Cincinnati’s Worst Stadium Deal Ever Seeks Lower Borrowing Costs

  • Hamilton County refinancing debt for Bengals and Reds stadiums
  • Taxpayers pay millions as services as county cuts services

The near record-low borrowing costs in the municipal-bond market may buy Cincinnati relief from what was labeled one of the worst stadium deals for taxpayers.

Hamilton County, Ohio, plans to borrow $322 million next week to refinance debt taken on more than a decade ago to build new home fields for the Bengals National Football League team and the Reds Major League Baseball team. It’s projected to save about $65 million -- freeing up money for promised property-tax cuts that were scaled-back as the cost of the project soared.

“We’re going to restore as much of the tax cuts as we can,” said Chris Monzel, president of the board of county commissioners.

Tumbling municipal bond yields are providing a financial perk to local governments, allowing them to cut the left-over bills from even long finished projects. Oakland, California-area officials last year refinanced debt for the home of the National Basketball Association’s Golden State Warriors, which the team is planning to leave. Last month, El Paso, Texas, refinanced almost a third of the debt it issued for a minor league stadium three years ago, when the interest rates it had to pay prompted a political outcry.

The savings in Cincinnati are still just a fraction of the stadiums’ costs, which more than doubled to over $1 billion. Most of the expense was covered by county taxpayers, who approved a half-percentage point sales-tax increase 20 years ago in return for a promise that real estate levies would eventually be cut. The Taxpayers Protection Alliance, a Washington group that opposes subsidies for professional sports arenas, said the Bengals’s Paul Brown Stadium is among the most costly for taxpayers, given how much of the county budget it consumed.

“They’re taking baby steps in trying to cut the cost to taxpayers,” said David Williams, the alliance’s president. “They’ve spent hundreds of millions of dollars on these stadiums and seen no economic benefits.”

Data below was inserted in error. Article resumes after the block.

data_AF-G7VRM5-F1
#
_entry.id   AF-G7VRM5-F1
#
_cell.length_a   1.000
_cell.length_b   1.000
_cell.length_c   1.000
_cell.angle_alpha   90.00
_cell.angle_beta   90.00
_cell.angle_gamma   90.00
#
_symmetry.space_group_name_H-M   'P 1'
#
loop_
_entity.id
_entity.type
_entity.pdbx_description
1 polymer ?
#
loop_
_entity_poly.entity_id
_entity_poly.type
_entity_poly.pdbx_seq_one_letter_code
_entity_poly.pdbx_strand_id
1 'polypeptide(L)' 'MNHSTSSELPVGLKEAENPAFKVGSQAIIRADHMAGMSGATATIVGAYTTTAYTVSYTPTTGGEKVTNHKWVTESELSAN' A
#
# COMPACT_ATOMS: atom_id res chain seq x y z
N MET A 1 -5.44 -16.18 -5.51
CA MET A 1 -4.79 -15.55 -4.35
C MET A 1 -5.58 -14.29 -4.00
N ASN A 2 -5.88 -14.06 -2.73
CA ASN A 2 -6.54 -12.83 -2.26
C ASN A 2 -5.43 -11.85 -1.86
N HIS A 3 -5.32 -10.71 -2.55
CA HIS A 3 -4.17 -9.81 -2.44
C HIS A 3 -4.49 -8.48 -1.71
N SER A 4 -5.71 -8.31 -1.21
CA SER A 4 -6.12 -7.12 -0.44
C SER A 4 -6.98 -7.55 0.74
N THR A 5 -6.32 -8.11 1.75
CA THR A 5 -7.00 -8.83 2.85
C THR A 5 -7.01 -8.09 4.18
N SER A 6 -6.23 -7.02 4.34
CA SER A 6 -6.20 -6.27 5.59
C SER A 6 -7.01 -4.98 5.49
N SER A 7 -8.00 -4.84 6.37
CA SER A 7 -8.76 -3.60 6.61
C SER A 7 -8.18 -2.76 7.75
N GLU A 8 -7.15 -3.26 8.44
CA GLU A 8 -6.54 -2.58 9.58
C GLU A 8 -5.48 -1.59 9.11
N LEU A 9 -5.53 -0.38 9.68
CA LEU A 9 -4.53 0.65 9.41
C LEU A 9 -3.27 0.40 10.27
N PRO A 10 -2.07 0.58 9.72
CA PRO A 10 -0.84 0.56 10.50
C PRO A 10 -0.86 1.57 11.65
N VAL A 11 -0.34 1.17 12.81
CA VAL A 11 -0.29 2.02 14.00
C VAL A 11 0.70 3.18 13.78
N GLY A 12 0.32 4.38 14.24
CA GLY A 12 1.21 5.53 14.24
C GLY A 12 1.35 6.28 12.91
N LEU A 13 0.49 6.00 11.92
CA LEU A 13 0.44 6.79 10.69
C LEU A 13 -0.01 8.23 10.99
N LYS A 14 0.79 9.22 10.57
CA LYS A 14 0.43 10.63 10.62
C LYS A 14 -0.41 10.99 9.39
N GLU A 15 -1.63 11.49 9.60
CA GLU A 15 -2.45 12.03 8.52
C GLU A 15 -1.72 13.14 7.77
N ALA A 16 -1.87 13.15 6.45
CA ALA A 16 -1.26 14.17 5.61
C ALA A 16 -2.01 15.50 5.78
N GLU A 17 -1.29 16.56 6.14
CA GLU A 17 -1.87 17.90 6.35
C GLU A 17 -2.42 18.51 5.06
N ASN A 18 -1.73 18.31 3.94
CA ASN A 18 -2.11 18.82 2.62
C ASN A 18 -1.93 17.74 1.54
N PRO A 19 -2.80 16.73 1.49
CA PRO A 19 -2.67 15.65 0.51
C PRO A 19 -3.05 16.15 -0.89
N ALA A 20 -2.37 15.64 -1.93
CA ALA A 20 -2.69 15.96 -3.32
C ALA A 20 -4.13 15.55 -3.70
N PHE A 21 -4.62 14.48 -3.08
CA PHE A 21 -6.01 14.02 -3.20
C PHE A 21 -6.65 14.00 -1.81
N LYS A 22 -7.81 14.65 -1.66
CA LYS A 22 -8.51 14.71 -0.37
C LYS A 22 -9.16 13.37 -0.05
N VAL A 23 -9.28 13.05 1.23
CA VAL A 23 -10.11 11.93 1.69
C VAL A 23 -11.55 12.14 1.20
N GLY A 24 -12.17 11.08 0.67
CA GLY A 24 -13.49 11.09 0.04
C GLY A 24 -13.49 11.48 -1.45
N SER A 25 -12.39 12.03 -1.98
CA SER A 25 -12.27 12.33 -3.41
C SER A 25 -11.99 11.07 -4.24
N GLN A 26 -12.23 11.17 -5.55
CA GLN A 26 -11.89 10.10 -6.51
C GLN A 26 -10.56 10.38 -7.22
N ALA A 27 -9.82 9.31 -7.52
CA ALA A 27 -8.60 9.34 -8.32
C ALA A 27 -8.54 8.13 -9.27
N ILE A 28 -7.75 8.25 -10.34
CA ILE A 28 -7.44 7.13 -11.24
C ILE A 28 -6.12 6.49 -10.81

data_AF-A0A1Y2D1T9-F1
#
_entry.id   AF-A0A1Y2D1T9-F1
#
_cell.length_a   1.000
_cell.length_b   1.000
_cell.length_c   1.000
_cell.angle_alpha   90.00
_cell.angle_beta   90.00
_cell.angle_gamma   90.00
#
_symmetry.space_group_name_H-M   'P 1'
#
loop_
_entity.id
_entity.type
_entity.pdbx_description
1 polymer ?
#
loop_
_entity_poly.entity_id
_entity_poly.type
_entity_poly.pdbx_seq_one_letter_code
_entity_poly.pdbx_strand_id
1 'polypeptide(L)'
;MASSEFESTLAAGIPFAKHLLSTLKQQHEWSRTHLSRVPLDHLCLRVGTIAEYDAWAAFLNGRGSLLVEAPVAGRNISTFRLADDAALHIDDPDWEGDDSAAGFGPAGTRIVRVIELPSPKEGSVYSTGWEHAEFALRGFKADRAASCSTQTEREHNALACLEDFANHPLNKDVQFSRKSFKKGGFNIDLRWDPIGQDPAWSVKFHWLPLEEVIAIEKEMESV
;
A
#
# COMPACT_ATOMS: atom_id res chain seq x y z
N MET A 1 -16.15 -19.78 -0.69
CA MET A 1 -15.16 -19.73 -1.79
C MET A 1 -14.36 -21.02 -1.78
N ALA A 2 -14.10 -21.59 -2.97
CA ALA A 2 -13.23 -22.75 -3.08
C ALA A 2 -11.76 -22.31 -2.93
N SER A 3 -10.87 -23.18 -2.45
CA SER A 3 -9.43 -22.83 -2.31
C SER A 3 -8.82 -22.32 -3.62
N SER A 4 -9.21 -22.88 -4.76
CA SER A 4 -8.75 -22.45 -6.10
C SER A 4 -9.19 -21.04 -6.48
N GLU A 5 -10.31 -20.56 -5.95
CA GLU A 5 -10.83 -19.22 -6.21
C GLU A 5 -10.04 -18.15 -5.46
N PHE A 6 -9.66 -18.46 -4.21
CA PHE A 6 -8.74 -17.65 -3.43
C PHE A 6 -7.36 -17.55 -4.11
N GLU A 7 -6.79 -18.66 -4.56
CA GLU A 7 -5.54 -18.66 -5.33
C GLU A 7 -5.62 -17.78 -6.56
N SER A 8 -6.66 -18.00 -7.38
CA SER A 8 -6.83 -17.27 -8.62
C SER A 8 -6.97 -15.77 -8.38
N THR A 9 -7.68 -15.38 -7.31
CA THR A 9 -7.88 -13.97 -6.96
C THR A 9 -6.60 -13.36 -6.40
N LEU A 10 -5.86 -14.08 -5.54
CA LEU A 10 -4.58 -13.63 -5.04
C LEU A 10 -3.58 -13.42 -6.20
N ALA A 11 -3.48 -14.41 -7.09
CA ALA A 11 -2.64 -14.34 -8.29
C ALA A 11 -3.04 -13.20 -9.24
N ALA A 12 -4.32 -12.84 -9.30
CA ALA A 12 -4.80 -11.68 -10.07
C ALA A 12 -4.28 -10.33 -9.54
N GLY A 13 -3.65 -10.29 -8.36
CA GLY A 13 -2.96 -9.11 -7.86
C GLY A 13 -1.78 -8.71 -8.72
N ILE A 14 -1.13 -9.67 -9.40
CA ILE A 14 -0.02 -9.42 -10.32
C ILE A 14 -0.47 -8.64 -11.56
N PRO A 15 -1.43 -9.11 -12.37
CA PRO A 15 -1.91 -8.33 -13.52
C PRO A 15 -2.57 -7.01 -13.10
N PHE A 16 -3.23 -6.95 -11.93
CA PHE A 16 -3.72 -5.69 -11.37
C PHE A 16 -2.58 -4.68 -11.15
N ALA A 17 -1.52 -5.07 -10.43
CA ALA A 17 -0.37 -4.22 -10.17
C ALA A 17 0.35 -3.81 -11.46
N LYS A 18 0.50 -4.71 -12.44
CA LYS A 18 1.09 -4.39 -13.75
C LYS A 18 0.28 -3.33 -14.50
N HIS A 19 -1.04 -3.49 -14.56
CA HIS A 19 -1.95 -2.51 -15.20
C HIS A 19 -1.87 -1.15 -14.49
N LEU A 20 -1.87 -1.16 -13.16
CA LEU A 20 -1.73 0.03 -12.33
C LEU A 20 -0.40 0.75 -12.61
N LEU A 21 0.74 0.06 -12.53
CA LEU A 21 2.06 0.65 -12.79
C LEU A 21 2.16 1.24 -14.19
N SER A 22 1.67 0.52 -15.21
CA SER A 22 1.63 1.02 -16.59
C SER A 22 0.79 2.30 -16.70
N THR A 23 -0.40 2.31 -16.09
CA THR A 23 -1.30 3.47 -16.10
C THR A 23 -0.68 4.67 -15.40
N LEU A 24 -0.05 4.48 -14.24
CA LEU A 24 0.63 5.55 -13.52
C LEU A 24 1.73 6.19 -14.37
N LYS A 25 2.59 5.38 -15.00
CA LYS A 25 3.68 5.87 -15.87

In recent years, the Cincinnati stadiums have cost the county some $70 million a year, or about 8 percent of its spending, according to financial statements. That includes debt service, costs for the teams, property-tax cuts and payments to schools in lieu of taxes.

Hamilton County voters approved the sales-tax increase in March 1996, with the stadiums promoted as a way to revive the area along the Ohio River. The county borrowed $623 million beginning in 1998 with municipal bonds, some of which was refinanced in 2006 and 2011. Some more will be refinanced next week.

Public Costs

The football stadium opened in 2000 and Great American Ball Park opened for the Reds in 2003. Stung by two recessions, sales-tax collections grew at about half the annual pace initially projected from 1999 to 2008, county documents show, while the population declined. To cope, the county fired workers, reduced the size of the property-tax cut and sold its hospital. Voters refused to approve more spending for a needed jail.

Paul Brown Stadium in Cincinnati.
Paul Brown Stadium in Cincinnati.
Photographer: Andy Lyons/Getty Images

Public costs for the Cincinnati stadiums now exceed $1 billion in 2010 dollars, according to Judith Long, an associate professor of sports management at the University of Michigan, who who tabulated expenses for stadiums for a book titled “Public Private Partnerships for Major League Sports Facilities.”

The stadiums are about a half-mile apart near a riverfront development called The Banks. The $2.5 billion development has grown more slowly than expected, but has revived the riverfront with restaurants, bars and residential space, spurred in part by subsidies paid for with the sales tax for the stadiums.

The question now for county officials is whether the savings on lower debt service is enough to restore any services after cutting taxes, said John Bruggen, county budget director. The decisions will be up to the county commission.

“They probably won’t make any decisions immediately,” he said. “This is a small piece of a big equation.”

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